To boost the assimilation operation, the government established Indian training centers that attempted to quickly and forcefully Americanize Indian youth. As per the director of the Carlisle Indian School in Pennsylvania, the schools were developed to “kill the Indian and save the man.” To be able to make this happen objective, the schools compelled enrollees to speak only English, dress in proper American attire and to replace their Indian names with more “American” ones. These new policies brought Native Americans nearer to the conclusion of their established tribal identity and the beginning of their daily life as citizens under the full control of the U.S. administration.
Native American Treaties with the United States
In 1887, Congress passed the General Allotment Act, the most significant element of the U.S. government’s assimilation program, which was created to “civilize” American Indians by educating them to become farmers. In order to make this happen, Congress planned to create non-public ownership of Indian land by splitting up reservations, which were collectively owned, and allowing each family their own block of land.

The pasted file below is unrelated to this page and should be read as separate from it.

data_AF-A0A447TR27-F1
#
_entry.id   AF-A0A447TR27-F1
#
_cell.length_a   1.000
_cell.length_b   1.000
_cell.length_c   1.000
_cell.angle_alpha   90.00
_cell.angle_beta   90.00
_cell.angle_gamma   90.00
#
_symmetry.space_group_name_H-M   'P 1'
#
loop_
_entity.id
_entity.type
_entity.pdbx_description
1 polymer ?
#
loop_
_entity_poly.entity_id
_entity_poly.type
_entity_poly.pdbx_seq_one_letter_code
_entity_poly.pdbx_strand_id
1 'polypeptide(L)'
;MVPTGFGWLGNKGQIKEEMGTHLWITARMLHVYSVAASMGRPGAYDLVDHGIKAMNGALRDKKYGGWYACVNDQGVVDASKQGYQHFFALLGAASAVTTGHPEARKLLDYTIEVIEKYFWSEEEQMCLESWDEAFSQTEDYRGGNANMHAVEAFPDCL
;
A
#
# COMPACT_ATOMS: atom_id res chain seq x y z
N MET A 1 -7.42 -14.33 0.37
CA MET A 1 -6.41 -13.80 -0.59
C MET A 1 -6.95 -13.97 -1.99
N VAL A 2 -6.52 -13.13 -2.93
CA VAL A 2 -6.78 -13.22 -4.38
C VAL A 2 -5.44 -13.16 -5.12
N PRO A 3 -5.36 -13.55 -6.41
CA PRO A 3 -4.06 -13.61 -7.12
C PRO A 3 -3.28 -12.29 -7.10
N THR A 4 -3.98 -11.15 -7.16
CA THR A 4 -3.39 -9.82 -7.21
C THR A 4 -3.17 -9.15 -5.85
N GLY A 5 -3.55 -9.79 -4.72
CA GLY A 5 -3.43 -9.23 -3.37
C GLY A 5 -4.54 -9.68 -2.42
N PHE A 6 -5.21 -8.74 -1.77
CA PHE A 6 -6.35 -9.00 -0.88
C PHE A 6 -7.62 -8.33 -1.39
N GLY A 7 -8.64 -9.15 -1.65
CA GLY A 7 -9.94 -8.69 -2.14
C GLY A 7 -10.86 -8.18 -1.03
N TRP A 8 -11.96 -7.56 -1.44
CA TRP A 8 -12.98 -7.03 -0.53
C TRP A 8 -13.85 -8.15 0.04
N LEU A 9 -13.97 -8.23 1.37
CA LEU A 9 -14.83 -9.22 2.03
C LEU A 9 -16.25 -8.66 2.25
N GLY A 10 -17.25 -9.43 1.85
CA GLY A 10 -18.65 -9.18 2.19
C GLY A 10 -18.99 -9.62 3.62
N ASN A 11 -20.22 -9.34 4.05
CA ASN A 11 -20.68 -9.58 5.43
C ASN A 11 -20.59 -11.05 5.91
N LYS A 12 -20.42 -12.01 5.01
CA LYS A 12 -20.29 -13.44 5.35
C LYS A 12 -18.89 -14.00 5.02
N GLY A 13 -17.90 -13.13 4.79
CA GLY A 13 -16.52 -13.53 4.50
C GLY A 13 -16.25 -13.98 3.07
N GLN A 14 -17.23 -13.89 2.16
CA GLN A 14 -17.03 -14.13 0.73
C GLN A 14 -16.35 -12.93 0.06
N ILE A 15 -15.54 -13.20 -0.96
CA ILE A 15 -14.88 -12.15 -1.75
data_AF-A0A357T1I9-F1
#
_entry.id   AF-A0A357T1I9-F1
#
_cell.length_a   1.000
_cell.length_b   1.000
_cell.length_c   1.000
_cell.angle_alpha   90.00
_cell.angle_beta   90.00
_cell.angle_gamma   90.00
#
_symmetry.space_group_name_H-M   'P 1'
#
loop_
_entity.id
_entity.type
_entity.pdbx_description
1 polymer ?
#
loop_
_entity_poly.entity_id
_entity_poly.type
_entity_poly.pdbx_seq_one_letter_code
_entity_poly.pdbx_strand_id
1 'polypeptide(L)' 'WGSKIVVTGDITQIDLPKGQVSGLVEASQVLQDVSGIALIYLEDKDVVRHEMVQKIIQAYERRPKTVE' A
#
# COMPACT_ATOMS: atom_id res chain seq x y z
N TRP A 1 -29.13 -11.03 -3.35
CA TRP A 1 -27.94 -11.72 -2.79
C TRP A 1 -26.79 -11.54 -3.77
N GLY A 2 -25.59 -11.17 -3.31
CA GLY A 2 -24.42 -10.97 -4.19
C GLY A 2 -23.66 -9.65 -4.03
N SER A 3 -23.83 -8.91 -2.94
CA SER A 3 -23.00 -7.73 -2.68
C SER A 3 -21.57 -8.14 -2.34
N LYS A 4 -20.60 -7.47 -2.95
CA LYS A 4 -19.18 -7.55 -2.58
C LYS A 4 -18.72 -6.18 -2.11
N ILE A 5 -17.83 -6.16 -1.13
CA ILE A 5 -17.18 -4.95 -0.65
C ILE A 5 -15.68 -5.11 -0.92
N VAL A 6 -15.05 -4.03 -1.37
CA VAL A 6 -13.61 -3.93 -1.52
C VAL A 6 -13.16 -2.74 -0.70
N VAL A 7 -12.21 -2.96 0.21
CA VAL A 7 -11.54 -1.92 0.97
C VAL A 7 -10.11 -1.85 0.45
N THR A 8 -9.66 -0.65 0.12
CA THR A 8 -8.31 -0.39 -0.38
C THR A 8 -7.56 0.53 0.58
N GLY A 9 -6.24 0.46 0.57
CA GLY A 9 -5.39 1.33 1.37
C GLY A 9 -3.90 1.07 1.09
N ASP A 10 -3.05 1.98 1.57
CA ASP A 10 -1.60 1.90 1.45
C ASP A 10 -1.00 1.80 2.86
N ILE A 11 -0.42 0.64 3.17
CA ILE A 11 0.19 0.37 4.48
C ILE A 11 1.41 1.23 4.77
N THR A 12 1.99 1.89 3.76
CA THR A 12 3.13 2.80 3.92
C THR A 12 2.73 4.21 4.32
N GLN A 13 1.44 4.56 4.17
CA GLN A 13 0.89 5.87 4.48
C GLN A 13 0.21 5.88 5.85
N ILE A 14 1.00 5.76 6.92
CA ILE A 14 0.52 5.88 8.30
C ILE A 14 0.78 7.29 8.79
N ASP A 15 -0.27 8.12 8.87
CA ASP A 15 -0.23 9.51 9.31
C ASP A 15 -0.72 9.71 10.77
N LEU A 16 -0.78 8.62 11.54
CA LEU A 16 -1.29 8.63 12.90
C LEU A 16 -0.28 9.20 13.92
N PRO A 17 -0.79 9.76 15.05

Additionally, by forcing the Native Americans onto small plots, western developers and settlers could purchase the remaining land. The General Allotment Act, referred to as the Dawes Act, required that the Indian lands be surveyed and each family be given an allotment of between 80 and 160 acres, while unmarried adults received between 40 to 80 acres; the remaining territory was to be sold. Congress thought that the Dawes Act would split up Indian tribes and increase individual enterprise, while reducing the expense of Indian administration and producing prime land to be sold to white settlers.